Standalone Bluetooth Module Application of OBD-II

Table of Contents

OBD stands for On-Board Diagnostics and is a computer system inside of a vehicle that tracks and regulates a car’s performance. This on-board computer system collects information from the network of sensors inside the vehicle, which the system can then use to regulate car systems or alert the user to problems. A technician can then simply plug into the OBD system to collect vehicle data and diagnose the problem.

What Is OBD?

OBD stands for On-Board Diagnostics and is a computer system inside of a vehicle that tracks and regulates a car’s performance. This on-board computer system collects information from the network of sensors inside the vehicle, which the system can then use to regulate car systems or alert the user to problems. A technician can then simply plug into the OBD system to collect vehicle data and diagnose the problem.

How Has On-Board Diagnostics Changed Over the Years?

1. OBD-I

The concept of OBD was proposed by General Motors (GM) in 1982, and its purpose is to monitor emission control systems. Once the car break down, the OBD system will control to light up an indicator on the dashboard to notify the driver, and at the same time record a code in the on-board computer (ECU or ECM) to facilitate troubleshooting. OBD-I was largely unsuccessful, as the means of reporting emissions-specific diagnostic information was not standardized. Technical difficulties with obtaining standardized and reliable emissions information from all vehicles led to an inability to implement the annual testing program effectively.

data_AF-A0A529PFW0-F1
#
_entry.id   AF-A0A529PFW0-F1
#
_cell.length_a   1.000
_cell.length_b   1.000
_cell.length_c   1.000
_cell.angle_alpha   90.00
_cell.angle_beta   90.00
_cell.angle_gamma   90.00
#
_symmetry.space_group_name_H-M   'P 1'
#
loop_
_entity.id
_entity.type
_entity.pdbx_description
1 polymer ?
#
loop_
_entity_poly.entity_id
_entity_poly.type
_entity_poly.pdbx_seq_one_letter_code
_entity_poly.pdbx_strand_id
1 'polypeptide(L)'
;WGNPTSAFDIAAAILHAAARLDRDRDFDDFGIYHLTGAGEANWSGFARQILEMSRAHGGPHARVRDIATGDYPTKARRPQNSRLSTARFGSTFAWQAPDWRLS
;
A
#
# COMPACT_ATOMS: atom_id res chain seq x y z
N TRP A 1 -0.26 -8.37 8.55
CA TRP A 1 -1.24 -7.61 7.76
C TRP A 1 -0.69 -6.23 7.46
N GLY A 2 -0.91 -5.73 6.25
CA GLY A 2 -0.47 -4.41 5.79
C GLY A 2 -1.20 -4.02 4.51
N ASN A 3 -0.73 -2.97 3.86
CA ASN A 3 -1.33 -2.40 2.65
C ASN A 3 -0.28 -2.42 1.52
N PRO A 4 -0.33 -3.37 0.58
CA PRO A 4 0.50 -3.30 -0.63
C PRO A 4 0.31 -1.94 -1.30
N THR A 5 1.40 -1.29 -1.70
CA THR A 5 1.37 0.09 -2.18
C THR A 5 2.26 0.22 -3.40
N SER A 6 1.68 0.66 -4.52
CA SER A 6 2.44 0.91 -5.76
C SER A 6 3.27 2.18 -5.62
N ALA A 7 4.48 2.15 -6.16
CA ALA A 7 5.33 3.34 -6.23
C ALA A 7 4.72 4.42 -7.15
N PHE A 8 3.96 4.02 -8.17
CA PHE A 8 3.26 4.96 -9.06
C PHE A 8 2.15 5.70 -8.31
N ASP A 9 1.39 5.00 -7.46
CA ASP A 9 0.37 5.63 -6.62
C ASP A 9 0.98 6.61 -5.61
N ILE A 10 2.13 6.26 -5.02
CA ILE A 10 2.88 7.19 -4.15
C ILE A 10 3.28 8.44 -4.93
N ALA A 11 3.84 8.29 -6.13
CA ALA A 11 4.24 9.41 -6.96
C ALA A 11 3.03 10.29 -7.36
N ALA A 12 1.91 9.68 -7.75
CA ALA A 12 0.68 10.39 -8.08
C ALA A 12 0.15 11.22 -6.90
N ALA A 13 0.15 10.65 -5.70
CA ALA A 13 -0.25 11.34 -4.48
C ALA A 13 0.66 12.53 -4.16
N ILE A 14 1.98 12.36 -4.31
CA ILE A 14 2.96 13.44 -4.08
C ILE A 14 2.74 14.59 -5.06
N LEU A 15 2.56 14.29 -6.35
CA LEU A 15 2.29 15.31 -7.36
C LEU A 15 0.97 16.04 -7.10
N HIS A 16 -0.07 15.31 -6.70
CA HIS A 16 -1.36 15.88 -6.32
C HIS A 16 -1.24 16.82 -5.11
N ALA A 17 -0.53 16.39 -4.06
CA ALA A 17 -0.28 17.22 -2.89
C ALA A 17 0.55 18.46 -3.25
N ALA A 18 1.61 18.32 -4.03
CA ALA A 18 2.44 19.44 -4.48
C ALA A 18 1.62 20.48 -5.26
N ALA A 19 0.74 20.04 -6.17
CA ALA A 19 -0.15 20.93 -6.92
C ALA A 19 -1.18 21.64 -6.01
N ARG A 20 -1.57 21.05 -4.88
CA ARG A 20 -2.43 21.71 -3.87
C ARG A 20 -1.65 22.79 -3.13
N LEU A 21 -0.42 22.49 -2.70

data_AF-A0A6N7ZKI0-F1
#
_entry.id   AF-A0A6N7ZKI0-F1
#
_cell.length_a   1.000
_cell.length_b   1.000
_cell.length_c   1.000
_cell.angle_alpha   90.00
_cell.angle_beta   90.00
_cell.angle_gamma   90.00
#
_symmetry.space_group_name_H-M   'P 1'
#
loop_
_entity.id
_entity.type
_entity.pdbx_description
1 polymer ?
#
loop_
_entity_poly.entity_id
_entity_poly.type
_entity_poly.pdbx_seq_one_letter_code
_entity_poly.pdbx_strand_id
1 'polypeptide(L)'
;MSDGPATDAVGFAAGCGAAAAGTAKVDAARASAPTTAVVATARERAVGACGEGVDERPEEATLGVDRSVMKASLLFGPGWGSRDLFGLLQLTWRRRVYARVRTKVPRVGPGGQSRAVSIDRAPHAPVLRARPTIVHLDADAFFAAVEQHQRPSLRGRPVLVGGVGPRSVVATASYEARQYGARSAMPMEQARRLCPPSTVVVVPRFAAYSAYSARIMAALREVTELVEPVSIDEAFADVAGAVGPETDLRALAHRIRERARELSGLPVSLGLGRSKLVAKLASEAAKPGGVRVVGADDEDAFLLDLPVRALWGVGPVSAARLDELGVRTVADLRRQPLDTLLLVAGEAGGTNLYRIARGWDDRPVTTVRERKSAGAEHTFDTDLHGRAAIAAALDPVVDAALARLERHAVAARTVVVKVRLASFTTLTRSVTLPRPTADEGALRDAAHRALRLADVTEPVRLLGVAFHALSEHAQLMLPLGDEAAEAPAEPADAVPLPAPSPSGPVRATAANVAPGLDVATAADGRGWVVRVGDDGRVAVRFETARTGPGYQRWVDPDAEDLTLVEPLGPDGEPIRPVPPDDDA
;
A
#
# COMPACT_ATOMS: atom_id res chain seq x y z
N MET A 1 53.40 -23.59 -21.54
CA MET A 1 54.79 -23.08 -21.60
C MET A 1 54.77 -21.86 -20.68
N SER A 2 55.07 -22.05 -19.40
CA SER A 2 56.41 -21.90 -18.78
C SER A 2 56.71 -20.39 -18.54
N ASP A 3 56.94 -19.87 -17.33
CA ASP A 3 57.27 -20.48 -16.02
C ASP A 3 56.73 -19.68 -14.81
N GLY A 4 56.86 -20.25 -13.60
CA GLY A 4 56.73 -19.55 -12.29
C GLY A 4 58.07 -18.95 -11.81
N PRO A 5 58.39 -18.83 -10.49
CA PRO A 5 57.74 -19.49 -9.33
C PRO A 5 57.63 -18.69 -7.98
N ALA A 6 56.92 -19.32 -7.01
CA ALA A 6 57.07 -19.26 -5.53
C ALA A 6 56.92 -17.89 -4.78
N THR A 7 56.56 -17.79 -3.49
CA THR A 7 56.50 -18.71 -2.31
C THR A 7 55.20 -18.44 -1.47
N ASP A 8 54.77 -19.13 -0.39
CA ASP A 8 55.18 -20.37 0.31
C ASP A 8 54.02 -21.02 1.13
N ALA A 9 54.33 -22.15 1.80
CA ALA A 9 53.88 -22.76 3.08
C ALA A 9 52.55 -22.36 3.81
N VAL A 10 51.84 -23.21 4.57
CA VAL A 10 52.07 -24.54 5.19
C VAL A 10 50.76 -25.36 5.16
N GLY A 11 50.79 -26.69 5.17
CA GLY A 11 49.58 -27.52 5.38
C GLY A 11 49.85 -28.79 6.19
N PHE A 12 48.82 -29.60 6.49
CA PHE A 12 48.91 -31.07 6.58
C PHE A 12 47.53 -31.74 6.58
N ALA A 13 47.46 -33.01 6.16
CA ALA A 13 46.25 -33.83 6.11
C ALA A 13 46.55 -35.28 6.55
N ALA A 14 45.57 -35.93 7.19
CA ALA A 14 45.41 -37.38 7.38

2. OBD-II

In 1994, the California Air Resources Board issued OBD-II as a set of standards for OBD systems for all vehicles sold in California. This mandate was officially implemented in the 1996 model year and has been in use ever since. OBD-II is an improvement over OBD-I in both capability and standardization. The OBD-II standard specifies the type of diagnostic connector and its pinout, the electrical signalling protocols available, and the messaging format. It also provides a candidate list of vehicle parameters to monitor along with how to encode the data for each.

Comparison of OBD connection

1. Wired connection: Due to the size limitation of the wire, it is not convenient to use

2. Bluetooth connection: Bluetooth (BLE) has the characteristics of low power consumption, low cost, reliability, and high security. It is currently the most suitable connection method for diagnostic instrument applications;

3. Wi-Fi connection: the use of Wi-Fi connection requires good network conditions, it is not convenient to use.

The FSC-BT986 module is very suitable for the use of OBD-II:

1650522183-11111

 ●  Bluetooth version: V5.2 Dual-mode

 ●  Profiles: SPP/BLE/HID/GATT

 ●  Size: 13mm x 26.9mm x 2mm

Highlights:

 ●  Excellent compatibility

 ●  Multiple connections

 ●  Low cost, HC-05 pin-to-pin solution

 ●  Low power consumption

 ●  Certification: CE/FCC/IC/KC/NCC

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